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Aramaic, a Semitic language related to Hebrew and Arabic, is first attested around 1000 BCE, and has remained in continual use until the present day. Already in the mid-1st millennium BCE, Aramaic became the lingua franca (regional language) of the entire Ancient Near East, and texts have been found from Egypt to China. The primary Aramaic-speaking communities have always been in Syro-Palestine and Mesopotamia, and still today there are speakers in Syria, Iraq, Iran, and expatriate communities in Israel, Europe, the US, and Australia.

Because of its long history and use over a wide area, Aramaic developed into a variety of dialects. And while Aramaic is written in an alphabet very similar to that of Hebrew, a number of the dialects developed distinctive forms of this alphabet. Among the many types of Aramaic is Targumic Aramaic, the dialect in which Jews wrote a number of Bible translations between about 300 BCE and 700 CE. Some of the Targums (Aramaic translations) of the Bible are very literal, while others are more interpretive and include additional narrative material. The best attested dialect of Aramaic is Syriac, the primary language of many Christian communities in the Near East. First attested around 100 CE, Syriac is still used today as a liturgical language by several Christian denominations. There is a vast literature in Syriac, including biblical commentaries, poetry, historical texts, medical texts, philosophical texts, and more. In fact, many works of classical Greek authors are preserved only in Syriac translation, making it an important language for the study of Greek sources.

At Penn State, we offer CAMS 420 (Targumic Aramaic) when there is enough demand. Targumic, Syriac, and other Aramaic dialects may be available also as independent studies.

Student Testimonial

“The day I changed my major to Classics and Ancient Mediterranean Studies was one of the happiest of my college career.  Even before switching to CAMS,  I was interested in what the department had to offer. (...)
An undergraduate advisor suggested LATIN 003 as a way of easing into college life, as I had taken Latin classes throughout high school and had performed well on the Advanced Placement exams.  The beginning was rough, but I enjoyed the challenge of translating Latin prose and the information that the texts conveyed.  Although I pursued an Advertising degree during my first two years of college, I continued to sign up for Latin courses, and by the end of my sophomore year, I had realized that Classics, not Advertising, was the right major for me. In addition to the Latin courses, I also studied the ancient civilizations of Rome, Greece, and Egypt in the CAMS major.  All of these classes were interesting, educational, and taught by knowledgeable faculty members.   The CAMS faculty is always helpful; they provide insight into the class material and make suggestions for outside reading during office hours and after class.  When I wrote my senior thesis for the Honors College, I received much help from the CAMS faculty while researching and writing the thesis.  Now that I have received my diplomas from Penn State, both in Classics and Ancient Mediterranean Studies and Spanish, I have decided to pursue a Master’s degree in Education.  I have been accepted at the Complutense University of Madrid, one of the oldest universities in Europe, to study secondary education, specializing in classical languages.  I am confident that the education I received at Penn State, notably in the CAMS department, will aid me greatly in my postgraduate studies and in securing a teaching job, whether in the United States, Spain, or elsewhere.”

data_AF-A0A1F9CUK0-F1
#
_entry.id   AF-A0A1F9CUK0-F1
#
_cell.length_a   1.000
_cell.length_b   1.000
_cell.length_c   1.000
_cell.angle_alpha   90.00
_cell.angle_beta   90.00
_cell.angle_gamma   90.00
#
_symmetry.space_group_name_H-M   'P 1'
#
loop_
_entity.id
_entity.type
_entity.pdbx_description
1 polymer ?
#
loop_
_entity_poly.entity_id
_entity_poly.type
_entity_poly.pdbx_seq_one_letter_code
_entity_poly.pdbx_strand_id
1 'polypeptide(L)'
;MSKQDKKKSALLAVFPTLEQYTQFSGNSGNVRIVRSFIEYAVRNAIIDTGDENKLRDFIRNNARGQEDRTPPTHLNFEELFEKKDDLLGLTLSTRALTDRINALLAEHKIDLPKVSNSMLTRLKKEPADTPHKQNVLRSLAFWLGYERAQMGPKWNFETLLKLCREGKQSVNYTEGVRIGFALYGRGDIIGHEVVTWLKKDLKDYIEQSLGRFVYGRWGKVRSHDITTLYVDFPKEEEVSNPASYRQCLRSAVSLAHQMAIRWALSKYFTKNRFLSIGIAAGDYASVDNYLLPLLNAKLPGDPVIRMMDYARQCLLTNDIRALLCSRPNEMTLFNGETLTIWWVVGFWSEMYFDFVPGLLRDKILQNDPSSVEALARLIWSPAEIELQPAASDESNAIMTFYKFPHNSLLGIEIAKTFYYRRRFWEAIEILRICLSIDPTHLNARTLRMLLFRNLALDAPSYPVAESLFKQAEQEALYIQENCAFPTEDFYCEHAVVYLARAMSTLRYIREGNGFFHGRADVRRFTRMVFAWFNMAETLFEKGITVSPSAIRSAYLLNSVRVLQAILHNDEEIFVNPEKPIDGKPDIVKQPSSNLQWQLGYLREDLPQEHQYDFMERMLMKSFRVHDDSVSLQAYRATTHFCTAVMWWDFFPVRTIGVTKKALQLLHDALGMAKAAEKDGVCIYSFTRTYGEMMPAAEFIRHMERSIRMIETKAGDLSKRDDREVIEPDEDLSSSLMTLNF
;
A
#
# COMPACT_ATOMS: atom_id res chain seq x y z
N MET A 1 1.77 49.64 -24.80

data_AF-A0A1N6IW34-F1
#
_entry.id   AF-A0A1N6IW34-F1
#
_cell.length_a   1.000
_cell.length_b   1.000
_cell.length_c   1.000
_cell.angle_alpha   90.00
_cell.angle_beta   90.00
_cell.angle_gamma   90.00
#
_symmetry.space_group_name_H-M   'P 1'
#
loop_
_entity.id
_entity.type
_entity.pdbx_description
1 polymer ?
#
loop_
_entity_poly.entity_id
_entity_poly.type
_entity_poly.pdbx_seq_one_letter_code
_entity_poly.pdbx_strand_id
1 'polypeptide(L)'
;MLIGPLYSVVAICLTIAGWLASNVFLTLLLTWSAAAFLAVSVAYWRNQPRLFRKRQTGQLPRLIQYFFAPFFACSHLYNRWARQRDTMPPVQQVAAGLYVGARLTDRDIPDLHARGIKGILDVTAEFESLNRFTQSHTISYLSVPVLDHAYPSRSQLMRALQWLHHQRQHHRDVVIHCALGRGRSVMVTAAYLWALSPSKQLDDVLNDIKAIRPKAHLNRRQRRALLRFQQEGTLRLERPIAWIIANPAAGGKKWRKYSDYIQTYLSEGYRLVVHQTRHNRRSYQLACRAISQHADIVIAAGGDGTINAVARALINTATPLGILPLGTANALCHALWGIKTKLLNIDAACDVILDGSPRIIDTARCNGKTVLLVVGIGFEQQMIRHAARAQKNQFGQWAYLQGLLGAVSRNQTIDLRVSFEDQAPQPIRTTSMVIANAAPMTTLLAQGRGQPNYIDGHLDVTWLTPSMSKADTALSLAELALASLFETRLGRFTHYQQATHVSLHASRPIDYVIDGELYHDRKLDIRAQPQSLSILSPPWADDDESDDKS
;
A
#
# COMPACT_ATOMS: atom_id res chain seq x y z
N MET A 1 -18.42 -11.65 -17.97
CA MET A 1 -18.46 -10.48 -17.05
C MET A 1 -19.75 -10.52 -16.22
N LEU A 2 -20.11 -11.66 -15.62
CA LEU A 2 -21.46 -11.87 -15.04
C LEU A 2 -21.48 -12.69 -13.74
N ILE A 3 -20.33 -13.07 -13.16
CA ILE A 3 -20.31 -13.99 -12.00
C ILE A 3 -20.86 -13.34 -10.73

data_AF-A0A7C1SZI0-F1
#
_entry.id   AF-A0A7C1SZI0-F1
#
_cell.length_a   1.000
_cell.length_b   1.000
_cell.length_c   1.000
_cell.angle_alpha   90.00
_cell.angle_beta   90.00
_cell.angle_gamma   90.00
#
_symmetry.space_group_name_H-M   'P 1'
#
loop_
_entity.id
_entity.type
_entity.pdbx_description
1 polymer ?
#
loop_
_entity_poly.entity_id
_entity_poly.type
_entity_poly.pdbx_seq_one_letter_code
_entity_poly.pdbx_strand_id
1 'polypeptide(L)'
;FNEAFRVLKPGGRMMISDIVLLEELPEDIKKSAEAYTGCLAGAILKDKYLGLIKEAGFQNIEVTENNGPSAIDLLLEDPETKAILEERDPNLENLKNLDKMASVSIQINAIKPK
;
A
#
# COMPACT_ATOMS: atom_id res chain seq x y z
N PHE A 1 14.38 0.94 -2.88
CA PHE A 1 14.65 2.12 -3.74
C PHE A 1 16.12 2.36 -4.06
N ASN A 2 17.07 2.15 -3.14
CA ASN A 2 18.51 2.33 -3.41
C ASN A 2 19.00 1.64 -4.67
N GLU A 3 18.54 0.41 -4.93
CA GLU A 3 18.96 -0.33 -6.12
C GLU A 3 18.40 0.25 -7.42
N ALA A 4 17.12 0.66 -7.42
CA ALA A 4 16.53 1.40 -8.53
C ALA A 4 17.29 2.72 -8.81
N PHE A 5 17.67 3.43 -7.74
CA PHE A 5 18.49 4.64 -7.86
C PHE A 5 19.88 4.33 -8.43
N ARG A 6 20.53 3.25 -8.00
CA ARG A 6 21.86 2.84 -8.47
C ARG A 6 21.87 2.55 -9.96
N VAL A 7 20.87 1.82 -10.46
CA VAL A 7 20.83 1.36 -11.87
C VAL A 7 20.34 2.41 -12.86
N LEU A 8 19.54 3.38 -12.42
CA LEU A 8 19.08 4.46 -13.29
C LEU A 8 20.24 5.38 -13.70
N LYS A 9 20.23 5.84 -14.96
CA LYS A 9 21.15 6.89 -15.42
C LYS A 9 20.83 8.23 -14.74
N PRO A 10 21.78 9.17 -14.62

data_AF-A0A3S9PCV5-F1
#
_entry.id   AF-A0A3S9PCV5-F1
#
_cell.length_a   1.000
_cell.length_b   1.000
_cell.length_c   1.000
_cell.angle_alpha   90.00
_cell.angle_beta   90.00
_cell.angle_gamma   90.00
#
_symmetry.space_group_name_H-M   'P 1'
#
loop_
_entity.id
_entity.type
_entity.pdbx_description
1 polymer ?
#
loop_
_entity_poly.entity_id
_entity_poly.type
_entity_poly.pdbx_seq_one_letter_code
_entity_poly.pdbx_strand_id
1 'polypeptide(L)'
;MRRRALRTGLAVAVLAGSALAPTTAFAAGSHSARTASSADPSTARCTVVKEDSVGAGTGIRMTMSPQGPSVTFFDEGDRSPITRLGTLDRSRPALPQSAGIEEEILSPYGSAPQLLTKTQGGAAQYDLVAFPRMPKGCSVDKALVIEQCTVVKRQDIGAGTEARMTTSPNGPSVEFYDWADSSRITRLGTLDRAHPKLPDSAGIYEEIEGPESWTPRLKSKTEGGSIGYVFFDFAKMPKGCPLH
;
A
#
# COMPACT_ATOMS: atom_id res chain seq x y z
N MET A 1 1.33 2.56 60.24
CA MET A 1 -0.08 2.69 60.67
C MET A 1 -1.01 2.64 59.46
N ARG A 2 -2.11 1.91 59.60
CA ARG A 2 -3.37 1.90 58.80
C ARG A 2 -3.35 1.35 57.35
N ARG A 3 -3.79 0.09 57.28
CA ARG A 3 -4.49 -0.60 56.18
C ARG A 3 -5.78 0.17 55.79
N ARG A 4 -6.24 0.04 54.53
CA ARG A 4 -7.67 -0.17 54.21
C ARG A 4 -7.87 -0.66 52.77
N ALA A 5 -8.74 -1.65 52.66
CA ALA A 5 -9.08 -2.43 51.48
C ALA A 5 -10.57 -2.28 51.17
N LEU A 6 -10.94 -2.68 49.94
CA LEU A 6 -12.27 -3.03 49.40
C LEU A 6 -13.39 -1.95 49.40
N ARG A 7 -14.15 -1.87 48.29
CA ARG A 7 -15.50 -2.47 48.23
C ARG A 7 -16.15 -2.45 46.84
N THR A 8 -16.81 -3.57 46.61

Celia Meehan
2010 CAMS graduate

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